• Clearer sound and improved reception – Check. If you’ve downloaded a podcast onto your own device, you have PERFECT reception.
    • Extra features such as extra channels – Check. There are tens of thousands of podcasts.
      • pause and rewind radio – Check.
        • downloadable music - Check. It’s called “iTunes”, bitch.
          • more details about the advertised product - Hmmm. I’d say “Bonk” to think one as we don’t carry much advertised product.
            • slideshows – Check. Podcasts in Apple’s AAC format contain slides, if that kind of thing excites you.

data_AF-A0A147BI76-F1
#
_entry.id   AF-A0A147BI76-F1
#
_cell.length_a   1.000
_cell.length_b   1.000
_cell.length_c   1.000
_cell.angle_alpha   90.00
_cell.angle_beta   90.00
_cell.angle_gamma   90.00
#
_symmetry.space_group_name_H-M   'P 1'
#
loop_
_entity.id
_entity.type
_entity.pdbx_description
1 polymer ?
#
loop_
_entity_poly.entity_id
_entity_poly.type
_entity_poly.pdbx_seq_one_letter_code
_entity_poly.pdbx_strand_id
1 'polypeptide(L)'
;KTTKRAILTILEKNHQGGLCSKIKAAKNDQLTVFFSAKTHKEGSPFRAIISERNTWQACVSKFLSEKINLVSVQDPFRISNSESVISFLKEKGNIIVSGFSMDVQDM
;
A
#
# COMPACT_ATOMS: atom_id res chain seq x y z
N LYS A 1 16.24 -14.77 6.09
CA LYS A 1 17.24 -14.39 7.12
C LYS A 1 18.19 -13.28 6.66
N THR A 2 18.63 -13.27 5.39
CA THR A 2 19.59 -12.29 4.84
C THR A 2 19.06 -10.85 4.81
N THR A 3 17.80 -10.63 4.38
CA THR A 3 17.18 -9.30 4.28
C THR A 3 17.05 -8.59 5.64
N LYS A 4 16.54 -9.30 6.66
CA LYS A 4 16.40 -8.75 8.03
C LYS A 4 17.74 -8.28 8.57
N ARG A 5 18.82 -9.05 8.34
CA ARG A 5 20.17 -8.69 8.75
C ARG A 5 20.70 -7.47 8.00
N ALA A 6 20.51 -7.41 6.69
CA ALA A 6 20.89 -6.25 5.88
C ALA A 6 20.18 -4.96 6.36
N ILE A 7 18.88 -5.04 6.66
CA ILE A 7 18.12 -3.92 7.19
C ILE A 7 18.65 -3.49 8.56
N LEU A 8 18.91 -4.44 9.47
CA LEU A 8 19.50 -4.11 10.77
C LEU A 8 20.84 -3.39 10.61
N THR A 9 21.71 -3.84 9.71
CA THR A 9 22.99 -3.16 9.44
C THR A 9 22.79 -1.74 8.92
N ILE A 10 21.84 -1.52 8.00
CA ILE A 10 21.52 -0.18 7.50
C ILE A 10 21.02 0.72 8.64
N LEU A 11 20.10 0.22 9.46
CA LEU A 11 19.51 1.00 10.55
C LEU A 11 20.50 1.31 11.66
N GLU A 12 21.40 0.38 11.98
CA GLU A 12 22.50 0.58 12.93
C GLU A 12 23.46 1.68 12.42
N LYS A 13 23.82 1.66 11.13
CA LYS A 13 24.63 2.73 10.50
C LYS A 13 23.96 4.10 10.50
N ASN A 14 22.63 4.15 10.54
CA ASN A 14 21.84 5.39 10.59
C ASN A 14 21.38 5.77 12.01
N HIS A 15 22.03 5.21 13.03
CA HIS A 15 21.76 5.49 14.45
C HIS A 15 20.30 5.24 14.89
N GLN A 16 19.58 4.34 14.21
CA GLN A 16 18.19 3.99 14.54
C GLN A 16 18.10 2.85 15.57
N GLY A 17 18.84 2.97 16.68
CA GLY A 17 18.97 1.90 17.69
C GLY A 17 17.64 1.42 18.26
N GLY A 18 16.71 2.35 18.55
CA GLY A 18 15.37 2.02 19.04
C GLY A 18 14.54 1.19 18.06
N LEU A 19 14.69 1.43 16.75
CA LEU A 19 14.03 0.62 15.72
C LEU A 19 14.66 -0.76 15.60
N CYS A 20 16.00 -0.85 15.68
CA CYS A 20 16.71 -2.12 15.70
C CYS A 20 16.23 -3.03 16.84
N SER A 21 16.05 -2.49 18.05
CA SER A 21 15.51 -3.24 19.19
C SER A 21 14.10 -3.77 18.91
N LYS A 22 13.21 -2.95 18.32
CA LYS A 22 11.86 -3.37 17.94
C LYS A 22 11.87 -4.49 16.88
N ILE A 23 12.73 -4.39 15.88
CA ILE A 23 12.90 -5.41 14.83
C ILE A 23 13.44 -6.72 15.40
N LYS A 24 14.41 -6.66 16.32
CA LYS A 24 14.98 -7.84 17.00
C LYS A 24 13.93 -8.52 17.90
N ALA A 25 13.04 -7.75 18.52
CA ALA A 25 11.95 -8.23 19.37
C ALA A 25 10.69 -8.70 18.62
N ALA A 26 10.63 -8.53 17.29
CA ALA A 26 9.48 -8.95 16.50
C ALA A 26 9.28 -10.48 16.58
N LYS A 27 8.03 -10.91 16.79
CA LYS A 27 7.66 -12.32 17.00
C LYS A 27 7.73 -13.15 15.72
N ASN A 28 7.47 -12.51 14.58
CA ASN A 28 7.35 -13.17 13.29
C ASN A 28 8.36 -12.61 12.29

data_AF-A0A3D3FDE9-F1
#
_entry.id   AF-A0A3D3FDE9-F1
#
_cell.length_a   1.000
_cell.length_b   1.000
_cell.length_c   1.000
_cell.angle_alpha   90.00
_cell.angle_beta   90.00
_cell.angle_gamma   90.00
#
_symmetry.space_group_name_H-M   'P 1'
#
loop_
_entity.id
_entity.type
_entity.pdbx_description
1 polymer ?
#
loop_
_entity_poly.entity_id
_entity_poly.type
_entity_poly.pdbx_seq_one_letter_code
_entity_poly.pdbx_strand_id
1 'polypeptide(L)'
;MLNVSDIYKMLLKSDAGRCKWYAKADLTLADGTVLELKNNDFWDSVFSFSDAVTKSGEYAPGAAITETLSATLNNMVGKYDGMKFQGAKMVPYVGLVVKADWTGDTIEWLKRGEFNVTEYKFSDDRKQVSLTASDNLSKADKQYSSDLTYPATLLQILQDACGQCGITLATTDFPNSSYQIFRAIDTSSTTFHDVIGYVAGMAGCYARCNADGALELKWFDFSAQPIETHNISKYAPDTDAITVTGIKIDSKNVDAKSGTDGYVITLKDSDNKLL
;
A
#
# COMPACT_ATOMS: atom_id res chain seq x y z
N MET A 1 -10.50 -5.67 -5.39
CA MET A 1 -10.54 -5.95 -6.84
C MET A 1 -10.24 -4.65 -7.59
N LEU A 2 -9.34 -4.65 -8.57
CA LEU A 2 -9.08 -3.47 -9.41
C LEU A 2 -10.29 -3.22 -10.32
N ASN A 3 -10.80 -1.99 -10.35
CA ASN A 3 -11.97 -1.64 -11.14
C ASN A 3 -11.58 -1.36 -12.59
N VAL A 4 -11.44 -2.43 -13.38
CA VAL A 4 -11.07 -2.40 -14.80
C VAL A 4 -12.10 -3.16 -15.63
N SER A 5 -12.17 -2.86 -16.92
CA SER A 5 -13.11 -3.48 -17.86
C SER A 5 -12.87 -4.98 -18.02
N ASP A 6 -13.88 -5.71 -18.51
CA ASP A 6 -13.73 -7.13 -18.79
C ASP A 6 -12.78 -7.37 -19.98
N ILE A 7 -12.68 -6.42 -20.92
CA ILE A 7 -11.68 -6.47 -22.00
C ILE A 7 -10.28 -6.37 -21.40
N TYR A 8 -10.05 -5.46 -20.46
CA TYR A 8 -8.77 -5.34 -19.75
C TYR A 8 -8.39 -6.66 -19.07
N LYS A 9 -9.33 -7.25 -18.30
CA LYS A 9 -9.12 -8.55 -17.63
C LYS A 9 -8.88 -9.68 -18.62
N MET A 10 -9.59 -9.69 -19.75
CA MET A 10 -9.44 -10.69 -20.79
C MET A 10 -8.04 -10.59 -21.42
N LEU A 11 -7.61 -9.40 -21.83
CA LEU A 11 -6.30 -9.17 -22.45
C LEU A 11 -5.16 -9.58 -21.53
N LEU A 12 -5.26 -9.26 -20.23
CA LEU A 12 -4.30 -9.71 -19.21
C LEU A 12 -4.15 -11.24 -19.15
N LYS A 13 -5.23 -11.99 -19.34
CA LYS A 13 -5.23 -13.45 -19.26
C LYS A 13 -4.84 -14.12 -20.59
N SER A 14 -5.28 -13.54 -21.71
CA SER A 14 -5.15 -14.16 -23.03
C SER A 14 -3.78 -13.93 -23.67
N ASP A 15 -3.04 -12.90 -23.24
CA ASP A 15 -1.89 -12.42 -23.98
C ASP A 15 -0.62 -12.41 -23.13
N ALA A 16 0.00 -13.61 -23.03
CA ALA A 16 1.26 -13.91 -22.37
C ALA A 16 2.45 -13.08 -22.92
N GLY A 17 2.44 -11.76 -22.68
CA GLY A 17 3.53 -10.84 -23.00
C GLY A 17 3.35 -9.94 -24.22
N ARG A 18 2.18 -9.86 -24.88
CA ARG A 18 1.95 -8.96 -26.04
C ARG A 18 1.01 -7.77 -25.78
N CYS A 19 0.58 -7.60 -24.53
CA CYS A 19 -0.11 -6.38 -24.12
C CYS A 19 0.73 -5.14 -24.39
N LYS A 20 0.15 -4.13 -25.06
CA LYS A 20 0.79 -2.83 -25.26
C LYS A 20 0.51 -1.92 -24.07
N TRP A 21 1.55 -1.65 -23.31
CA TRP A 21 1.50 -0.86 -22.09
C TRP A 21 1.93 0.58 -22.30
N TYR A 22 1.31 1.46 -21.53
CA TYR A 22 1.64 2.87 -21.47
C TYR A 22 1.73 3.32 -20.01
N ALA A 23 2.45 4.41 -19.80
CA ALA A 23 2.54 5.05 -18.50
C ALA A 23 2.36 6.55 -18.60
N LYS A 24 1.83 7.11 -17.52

• scrolling text – Check. Ye old iPods scroll, but iPhones are far sexier.
                • Electronic Program Guides - Check. It’s called your iTunes playlist.
                  • updated news, sports and racing information - Check. It’s called “the web” and it comes fully-integrated into iPhones.
                    • Extra channels potentially doubles the number of commercial stations – Oooh “doubles”! That’s twice as much Kyle Sandilands! Podcasting has released tens of THOUSANDS of new ‘stations’.

                      What do you see in that list that is innovative? Unless you’ve been living under a rock for the last five years, you already have most or all of these features on your iPhone, iPod or mobile phone. And, if you don’t, you will when you buy one. And you’ll have a far wider choice of options that digital radio will offer you.

                      So far on my poll, 87% of respondents say they are not interested in digital radio. What about you?